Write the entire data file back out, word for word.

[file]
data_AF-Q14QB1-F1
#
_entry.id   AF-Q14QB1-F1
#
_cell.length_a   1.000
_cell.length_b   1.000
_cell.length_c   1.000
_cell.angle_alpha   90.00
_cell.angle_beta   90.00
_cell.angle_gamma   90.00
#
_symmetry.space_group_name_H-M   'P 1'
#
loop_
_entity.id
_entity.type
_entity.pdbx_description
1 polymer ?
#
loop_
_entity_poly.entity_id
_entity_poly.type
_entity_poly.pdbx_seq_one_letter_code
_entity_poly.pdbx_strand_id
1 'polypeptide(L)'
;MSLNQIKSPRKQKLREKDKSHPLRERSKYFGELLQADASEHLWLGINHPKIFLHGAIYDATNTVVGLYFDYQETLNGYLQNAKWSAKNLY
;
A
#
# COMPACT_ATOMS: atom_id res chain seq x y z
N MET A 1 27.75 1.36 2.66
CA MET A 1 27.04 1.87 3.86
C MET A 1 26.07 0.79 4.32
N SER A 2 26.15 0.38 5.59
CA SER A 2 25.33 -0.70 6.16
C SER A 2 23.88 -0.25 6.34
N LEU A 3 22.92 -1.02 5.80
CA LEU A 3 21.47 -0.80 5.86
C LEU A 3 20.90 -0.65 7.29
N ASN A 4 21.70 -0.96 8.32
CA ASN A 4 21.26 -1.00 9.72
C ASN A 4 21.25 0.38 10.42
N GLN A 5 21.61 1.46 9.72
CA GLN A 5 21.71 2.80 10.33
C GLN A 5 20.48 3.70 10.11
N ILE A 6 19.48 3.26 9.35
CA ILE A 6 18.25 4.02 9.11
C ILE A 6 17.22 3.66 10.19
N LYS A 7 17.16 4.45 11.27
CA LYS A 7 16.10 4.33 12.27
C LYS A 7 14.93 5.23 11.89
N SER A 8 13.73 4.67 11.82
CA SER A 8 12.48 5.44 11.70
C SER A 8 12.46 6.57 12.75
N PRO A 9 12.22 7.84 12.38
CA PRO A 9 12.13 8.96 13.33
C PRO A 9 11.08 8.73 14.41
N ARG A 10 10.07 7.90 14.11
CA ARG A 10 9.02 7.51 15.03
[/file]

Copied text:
data_AF-Q14QB1-F1
#
_entry.id   AF-Q14QB1-F1
#
_cell.length_a   1.000
_cell.length_b   1.000
_cell.length_c   1.000
_cell.angle_alpha   90.00
_cell.angle_beta   90.00
_cell.angle_gamma   90.00
#
_symmetry.space_group_name_H-M   'P 1'
#
loop_
_entity.id
_entity.type
_entity.pdbx_description
1 polymer ?
#
loop_
_entity_poly.entity_id
_entity_poly.type
_entity_poly.pdbx_seq_one_letter_code
_entity_poly.pdbx_strand_id
1 'polypeptide(L)'
;MSLNQIKSPRKQKLREKDKSHPLRERSKYFGELLQADASEHLWLGINHPKIFLHGAIYDATNTVVGLYFDYQETLNGYLQNAKWSAKNLY
;
A
#
# COMPACT_ATOMS: atom_id res chain seq x y z
N MET A 1 27.75 1.36 2.66
CA MET A 1 27.04 1.87 3.86
C MET A 1 26.07 0.79 4.32
N SER A 2 26.15 0.38 5.59
CA SER A 2 25.33 -0.70 6.16
C SER A 2 23.88 -0.25 6.34
N LEU A 3 22.92 -1.02 5.80
CA LEU A 3 21.47 -0.80 5.86
C LEU A 3 20.90 -0.65 7.29
N ASN A 4 21.70 -0.96 8.32
CA ASN A 4 21.26 -1.00 9.72
C ASN A 4 21.25 0.38 10.42
N GLN A 5 21.61 1.46 9.72
CA GLN A 5 21.71 2.80 10.33
C GLN A 5 20.48 3.70 10.11
N ILE A 6 19.48 3.26 9.35
CA ILE A 6 18.25 4.02 9.11
C ILE A 6 17.22 3.66 10.19
N LYS A 7 17.16 4.45 11.27
CA LYS A 7 16.10 4.33 12.27
C LYS A 7 14.93 5.23 11.89
N SER A 8 13.73 4.67 11.82
CA SER A 8 12.48 5.44 11.70
C SER A 8 12.46 6.57 12.75
N PRO A 9 12.22 7.84 12.38
CA PRO A 9 12.13 8.96 13.33
C PRO A 9 11.08 8.73 14.41
N ARG A 10 10.07 7.90 14.11
CA ARG A 10 9.02 7.51 15.03